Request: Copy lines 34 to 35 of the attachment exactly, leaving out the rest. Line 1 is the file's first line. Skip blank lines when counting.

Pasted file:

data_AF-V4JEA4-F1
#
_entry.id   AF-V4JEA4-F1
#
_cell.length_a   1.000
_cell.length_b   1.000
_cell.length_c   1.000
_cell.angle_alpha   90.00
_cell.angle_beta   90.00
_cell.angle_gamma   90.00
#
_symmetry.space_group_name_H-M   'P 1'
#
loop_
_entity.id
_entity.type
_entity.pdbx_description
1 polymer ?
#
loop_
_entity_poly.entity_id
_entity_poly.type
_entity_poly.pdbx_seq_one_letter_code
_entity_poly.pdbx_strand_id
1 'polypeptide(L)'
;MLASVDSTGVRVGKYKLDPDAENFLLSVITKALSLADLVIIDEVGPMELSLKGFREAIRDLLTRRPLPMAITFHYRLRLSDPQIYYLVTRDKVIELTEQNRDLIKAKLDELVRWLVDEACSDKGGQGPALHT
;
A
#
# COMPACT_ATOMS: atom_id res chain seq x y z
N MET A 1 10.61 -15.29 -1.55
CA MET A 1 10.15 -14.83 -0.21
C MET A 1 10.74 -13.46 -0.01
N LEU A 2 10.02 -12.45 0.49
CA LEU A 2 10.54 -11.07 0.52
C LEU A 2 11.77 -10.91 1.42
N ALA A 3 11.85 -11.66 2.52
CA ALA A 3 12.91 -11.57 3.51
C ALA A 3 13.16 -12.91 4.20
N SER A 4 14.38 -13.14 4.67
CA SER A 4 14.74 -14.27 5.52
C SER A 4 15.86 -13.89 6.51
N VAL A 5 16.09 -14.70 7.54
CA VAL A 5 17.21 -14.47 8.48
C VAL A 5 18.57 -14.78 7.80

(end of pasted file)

N LEU A 2 10.02 -12.45 0.49
CA LEU A 2 10.54 -11.07 0.52